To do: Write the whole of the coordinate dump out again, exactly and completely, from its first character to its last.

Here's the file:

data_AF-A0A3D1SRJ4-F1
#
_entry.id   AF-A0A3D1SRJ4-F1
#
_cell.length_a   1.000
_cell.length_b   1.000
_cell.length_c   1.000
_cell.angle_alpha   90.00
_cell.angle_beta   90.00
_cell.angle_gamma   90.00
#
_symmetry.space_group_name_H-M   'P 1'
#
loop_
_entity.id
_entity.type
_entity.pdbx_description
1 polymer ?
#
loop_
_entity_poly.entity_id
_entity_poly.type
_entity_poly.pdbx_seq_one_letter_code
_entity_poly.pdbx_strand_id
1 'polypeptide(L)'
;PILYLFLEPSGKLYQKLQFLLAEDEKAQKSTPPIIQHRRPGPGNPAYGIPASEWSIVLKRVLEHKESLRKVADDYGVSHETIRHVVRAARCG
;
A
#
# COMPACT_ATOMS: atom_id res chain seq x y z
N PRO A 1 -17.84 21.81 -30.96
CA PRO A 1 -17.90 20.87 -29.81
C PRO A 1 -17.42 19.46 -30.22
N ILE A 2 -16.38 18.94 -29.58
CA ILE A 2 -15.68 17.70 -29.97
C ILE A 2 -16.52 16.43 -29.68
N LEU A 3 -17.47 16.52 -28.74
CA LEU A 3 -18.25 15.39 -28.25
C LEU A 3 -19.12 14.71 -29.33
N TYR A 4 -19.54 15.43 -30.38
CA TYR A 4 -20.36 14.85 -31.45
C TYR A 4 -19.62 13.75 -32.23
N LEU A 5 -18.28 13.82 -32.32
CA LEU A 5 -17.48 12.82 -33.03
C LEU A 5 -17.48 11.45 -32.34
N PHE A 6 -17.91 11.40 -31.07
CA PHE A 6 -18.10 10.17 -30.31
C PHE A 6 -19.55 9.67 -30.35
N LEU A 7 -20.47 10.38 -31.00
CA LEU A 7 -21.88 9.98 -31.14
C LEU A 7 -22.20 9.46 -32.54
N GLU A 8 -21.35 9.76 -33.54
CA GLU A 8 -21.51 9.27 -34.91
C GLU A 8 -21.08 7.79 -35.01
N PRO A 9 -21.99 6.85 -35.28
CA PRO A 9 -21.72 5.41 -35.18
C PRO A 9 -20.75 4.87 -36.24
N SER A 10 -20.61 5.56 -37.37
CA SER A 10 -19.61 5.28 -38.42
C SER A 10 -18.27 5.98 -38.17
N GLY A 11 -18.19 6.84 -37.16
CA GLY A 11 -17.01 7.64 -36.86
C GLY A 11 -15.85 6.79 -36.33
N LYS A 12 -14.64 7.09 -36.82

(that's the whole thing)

data_AF-A0A3D1SRJ4-F1
#
_entry.id   AF-A0A3D1SRJ4-F1
#
_cell.length_a   1.000
_cell.length_b   1.000
_cell.length_c   1.000
_cell.angle_alpha   90.00
_cell.angle_beta   90.00
_cell.angle_gamma   90.00
#
_symmetry.space_group_name_H-M   'P 1'
#
loop_
_entity.id
_entity.type
_entity.pdbx_description
1 polymer ?
#
loop_
_entity_poly.entity_id
_entity_poly.type
_entity_poly.pdbx_seq_one_letter_code
_entity_poly.pdbx_strand_id
1 'polypeptide(L)'
;PILYLFLEPSGKLYQKLQFLLAEDEKAQKSTPPIIQHRRPGPGNPAYGIPASEWSIVLKRVLEHKESLRKVADDYGVSHETIRHVVRAARCG
;
A
#
# COMPACT_ATOMS: atom_id res chain seq x y z
N PRO A 1 -17.84 21.81 -30.96
CA PRO A 1 -17.90 20.87 -29.81
C PRO A 1 -17.42 19.46 -30.22
N ILE A 2 -16.38 18.94 -29.58
CA ILE A 2 -15.68 17.70 -29.97
C ILE A 2 -16.52 16.43 -29.68
N LEU A 3 -17.47 16.52 -28.74
CA LEU A 3 -18.25 15.39 -28.25
C LEU A 3 -19.12 14.71 -29.33
N TYR A 4 -19.54 15.43 -30.38
CA TYR A 4 -20.36 14.85 -31.45
C TYR A 4 -19.62 13.75 -32.23
N LEU A 5 -18.28 13.82 -32.32
CA LEU A 5 -17.48 12.82 -33.03
C LEU A 5 -17.48 11.45 -32.34
N PHE A 6 -17.91 11.40 -31.07
CA PHE A 6 -18.10 10.17 -30.31
C PHE A 6 -19.55 9.67 -30.35
N LEU A 7 -20.47 10.38 -31.00
CA LEU A 7 -21.88 9.98 -31.14
C LEU A 7 -22.20 9.46 -32.54
N GLU A 8 -21.35 9.76 -33.54
CA GLU A 8 -21.51 9.27 -34.91
C GLU A 8 -21.08 7.79 -35.01
N PRO A 9 -21.99 6.85 -35.28
CA PRO A 9 -21.72 5.41 -35.18
C PRO A 9 -20.75 4.87 -36.24
N SER A 10 -20.61 5.56 -37.37
CA SER A 10 -19.61 5.28 -38.42
C SER A 10 -18.27 5.98 -38.17
N GLY A 11 -18.19 6.84 -37.16
CA GLY A 11 -17.01 7.64 -36.86
C GLY A 11 -15.85 6.79 -36.33
N LYS A 12 -14.64 7.09 -36.82